“It’s frustrating and annoying, but I have to get on with things and get on with life. If I miss my medication, I will be in a terrible situation.” – These are the words of Matthew, seven-year-old boy while narrating the intensity of his pain due to asthma. These are not only Matthew’s words, but it’s an expression of more than 350 million people worldwide diagnosed with asthma. When we realized daily 685 people die, we decided to look asthma differently. When we found up to 60% of patients fail to adhere to their prescribed medication, we asked why. Couldn’t there be a solution to improve adherence to asthma medication?
While digging into the issue, we found more and more eye-opening statistics which led us to develop a smart inhaler solution that will not only improve asthma self-management but also provide a doctor with rich insights into a patient’s inhaler dosage. The solution helps to reduce the chances of missing medication, mistakes in use and connect patients with their doctors.
So what does the solution do?
The solution facilitates the real-time reporting and monitoring of inhaler usage. The solution not only allows doctors to keep track on their patients’ medication use but also reminds patients to manage their respiratory condition.
- Real-time reporting, monitoring, storing and analysis of inhaler use
- A single dashboard view for medication usage patterns
- Monitor history and circumstances of each use of an inhaler
- Remind patients when to take their medication and gather data to help guide care
- Find out what triggers your asthma with air quality monitoring and weather conditions
- Locate a lost inhaler
- Auto reminders to refill the inhaler and make predictions
- Real-time monitoring and remote patient management
Basically, we just worked on the imperfections that a traditional inhaler has. The Smart Inhaler solution connects to Wi-Fi and sends data back to IoTConnect. Doctors and patients both can see loyalty to prescription schedule.
One of the main barriers to good asthma control is poor adherence, Neil Barnes, head of respiratory medicine at GSK.
Usually, when a doctor asks his patients whether they are taking their dosages or not, patients almost always say, ‘yes, we are.’ However, when it gets measured objectively by getting into their prescription records, it’s been found that worldwide, more than 60% of patients have less than 50% adherence. The biggest barrier to achieve 100% adherence is the lack of readiness in patients to take the accountability of their medication.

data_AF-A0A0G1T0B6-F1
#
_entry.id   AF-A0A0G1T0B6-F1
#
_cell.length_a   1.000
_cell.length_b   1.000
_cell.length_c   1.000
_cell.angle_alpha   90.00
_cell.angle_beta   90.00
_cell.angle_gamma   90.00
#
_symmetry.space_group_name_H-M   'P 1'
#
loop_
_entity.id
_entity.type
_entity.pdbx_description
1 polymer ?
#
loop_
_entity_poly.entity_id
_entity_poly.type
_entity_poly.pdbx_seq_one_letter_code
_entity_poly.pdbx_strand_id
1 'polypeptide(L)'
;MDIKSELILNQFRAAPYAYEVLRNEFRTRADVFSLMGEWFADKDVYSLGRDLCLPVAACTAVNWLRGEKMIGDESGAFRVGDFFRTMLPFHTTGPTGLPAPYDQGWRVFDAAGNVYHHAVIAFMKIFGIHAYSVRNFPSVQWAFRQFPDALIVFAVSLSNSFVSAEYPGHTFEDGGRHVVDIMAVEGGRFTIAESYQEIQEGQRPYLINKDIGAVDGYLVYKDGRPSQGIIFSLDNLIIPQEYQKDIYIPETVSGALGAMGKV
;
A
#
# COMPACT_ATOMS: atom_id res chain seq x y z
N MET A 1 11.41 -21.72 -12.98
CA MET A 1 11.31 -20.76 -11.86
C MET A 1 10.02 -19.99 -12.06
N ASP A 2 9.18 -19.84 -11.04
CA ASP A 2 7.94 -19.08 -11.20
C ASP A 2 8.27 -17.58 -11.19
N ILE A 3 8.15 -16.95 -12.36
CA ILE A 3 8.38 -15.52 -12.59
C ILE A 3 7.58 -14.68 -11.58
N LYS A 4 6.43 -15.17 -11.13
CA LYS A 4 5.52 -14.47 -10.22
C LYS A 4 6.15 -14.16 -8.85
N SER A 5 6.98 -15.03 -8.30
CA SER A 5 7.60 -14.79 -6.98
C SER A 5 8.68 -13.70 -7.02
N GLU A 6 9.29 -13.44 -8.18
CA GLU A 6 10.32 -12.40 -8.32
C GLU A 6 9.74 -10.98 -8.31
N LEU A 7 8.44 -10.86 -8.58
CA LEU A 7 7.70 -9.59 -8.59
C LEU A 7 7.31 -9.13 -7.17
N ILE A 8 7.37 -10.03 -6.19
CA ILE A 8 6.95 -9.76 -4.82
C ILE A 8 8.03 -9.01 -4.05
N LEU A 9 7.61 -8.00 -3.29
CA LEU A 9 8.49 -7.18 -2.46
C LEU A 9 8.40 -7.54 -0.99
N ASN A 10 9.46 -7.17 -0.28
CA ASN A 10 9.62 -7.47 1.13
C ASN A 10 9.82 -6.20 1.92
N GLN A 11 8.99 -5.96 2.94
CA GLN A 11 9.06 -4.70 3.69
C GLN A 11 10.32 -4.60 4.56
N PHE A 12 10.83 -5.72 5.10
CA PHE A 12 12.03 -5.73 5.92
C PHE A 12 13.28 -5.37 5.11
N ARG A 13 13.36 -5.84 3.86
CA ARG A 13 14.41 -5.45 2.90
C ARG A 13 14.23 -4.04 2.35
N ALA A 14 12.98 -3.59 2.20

In fact, Dr. Stanley Szefler, the Director of the Pediatric Asthma Research Program in the Breathing Institute of the Pediatric Pulmonary Section at Children’s Hospital Colorado said, “we have very effective medications available and most asthma can be well controlled. However, controlling it involves a full collaboration between patients, parents and doctors.”
Our solution’s standard dashboard shows the medication usage patterns to doctors and patients, thus solving the problem mentioned above. Moreover, our product does remind patients when to take their next dosage and also provide an estimated change date of an inhaler based on remaining sprays. The goal is to empower patients to get the most out of their prescribed medications to control asthma and prevent adverse outcomes. Through this, doctors do not need to wait for patient visits to their clinic.
Further, it can be a great potential solution since across the globe, roughly 210 million asthma and COPD patients own a smartphone, tablet or smartwatch. Many of them are still untapped by digital health companies, according to The Global Digital Respiratory Solutions Market 2009-2023 report.
We employed MVP methodology
(Source: Henrik Kniberg) https://blog.crisp.se/2016/01/25/henrikkniberg/making-sense-of-mvp
Minimum viable product (MVP) is a development technique wherein a new product is developed with sufficient features so that target users can experience the product’s core functionality. It’s a build-measure-learn process, so we keep designing and developing new features and functionalities as we receive feedback from the product’s initial users. We identified user pain points first and then determined the appropriate product functionality to address those needs over time.
In the future, we look to advance sensor technology which not only collects data about when a patient takes their medication but also allows clinicians to see the progress of their markers of disease and accordingly guide patients if they need to take additional medication. In other words, based on interplay between cellular and molecular mechanisms involved in the self-opening of small airways, clinicians should able to track the treatment of the disease precisely with our solution. The other future implication is to segregate the adherence level in three types: underuse, overuse and improper use. Tons of research papers suggest that patients do not inhale as strongly as they should. Even doctors also have no way to track whether patients are taking medications properly or not. In fact, of an estimated $25 billion spent for inhalers annually, $5–7 billion is wasted because of inhaler misuse. In the future, our product will allow doctors to give feedback to patients on how to use an asthma inhaler correctly, maybe by using patient education material in a document or video format.
Realizing that a doctor and a patient can stay connected to each other and communicate about how to adjust asthma treatment – handling asthma will definitely become much easier.
Concluding the blog with the thought: imagine if Matthew can do everything he likes without his asthma. Can Smart Inhaler help Matthew to live that life?